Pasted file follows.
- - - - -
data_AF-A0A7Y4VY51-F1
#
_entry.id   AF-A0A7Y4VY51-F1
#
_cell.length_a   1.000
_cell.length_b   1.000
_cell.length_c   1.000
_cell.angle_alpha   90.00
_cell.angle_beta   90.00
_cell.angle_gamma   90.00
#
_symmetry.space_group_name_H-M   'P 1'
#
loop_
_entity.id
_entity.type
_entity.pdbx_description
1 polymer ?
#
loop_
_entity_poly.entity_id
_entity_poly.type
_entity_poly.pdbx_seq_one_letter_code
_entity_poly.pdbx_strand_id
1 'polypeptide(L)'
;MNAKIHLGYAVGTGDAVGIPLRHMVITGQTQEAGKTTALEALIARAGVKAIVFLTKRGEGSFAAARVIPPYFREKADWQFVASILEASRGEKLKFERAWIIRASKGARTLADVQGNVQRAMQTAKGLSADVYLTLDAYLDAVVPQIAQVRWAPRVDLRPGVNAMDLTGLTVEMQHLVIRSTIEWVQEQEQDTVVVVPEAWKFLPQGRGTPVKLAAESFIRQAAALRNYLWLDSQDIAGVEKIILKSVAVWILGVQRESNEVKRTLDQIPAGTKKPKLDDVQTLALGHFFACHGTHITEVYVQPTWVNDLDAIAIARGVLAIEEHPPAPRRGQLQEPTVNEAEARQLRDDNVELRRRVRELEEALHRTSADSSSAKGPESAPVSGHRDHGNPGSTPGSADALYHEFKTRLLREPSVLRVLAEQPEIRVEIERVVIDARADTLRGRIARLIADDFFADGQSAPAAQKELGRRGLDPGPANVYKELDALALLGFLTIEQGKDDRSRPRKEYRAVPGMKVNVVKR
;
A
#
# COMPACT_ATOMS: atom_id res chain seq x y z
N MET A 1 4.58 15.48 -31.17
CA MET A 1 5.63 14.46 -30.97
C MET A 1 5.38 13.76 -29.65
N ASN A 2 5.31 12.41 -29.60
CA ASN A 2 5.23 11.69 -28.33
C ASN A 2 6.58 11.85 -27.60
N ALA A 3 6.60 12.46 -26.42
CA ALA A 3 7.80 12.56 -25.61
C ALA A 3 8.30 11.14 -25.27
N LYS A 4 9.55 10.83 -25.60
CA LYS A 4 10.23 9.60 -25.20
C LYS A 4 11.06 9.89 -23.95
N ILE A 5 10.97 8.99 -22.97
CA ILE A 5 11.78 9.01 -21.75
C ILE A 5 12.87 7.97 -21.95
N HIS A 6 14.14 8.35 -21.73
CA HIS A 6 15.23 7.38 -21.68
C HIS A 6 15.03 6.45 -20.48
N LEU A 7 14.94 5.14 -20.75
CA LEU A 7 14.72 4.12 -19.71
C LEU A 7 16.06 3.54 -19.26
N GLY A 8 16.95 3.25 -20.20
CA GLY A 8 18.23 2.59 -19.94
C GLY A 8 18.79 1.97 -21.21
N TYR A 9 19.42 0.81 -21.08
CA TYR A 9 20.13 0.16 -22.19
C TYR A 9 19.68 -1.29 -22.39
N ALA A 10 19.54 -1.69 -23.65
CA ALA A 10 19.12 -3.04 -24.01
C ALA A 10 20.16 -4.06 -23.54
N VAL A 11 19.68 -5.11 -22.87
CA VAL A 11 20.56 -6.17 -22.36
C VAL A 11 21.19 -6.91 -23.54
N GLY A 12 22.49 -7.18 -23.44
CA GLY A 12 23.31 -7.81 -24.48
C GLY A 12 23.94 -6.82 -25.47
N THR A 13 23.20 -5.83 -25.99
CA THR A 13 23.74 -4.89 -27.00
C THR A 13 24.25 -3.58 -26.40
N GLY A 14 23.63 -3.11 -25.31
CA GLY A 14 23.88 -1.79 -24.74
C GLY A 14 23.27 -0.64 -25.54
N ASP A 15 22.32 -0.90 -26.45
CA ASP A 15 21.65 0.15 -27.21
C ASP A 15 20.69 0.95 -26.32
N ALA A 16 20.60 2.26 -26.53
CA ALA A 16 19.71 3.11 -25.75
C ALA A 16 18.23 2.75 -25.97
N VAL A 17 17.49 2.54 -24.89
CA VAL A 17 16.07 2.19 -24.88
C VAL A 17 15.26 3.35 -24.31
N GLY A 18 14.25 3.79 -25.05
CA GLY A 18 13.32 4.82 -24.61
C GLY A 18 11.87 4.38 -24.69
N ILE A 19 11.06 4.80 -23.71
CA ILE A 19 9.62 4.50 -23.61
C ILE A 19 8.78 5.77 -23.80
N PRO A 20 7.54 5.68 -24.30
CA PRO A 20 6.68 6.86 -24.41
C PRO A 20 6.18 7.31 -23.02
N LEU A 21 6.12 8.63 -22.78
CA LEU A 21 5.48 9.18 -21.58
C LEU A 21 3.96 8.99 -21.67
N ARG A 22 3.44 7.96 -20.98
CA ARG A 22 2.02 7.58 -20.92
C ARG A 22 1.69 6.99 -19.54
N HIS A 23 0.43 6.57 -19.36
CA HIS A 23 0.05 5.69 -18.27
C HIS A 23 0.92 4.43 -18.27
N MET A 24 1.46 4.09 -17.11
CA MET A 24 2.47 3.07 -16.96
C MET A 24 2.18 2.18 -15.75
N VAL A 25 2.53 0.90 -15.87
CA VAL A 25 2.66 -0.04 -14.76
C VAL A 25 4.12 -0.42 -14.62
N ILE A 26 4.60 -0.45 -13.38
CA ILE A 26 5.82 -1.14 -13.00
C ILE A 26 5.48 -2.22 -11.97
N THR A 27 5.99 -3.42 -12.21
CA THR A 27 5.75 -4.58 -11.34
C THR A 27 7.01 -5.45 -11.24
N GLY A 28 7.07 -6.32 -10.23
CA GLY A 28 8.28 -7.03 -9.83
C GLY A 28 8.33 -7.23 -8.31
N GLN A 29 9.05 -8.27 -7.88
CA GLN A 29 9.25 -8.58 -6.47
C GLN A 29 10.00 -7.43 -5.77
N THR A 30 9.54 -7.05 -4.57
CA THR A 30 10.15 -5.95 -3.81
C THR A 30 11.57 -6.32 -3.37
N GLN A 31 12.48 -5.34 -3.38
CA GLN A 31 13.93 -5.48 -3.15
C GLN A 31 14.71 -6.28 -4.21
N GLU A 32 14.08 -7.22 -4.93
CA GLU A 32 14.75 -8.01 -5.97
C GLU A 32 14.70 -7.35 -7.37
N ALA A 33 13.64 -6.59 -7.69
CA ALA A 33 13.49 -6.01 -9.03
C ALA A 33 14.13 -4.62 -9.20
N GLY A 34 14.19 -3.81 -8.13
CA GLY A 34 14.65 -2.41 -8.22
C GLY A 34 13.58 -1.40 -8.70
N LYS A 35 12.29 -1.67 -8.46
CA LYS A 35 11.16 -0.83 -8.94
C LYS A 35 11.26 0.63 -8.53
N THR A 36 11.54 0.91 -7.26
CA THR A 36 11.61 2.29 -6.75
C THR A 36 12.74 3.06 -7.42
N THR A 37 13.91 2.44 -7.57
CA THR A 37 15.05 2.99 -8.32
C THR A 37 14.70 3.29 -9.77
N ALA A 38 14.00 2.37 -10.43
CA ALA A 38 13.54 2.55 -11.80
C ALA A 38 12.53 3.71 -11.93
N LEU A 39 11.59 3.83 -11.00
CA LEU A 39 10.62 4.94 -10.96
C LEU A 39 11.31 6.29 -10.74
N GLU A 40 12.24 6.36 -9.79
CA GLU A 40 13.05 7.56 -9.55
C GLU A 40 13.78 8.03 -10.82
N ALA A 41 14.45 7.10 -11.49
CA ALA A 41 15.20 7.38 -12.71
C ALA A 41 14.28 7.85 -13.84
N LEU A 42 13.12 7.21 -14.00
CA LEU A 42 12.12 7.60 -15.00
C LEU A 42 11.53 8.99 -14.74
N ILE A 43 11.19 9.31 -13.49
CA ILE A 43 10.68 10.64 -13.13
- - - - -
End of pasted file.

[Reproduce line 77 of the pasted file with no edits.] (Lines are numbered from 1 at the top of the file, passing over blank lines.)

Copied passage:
CA ALA A 16 19.71 3.11 -25.75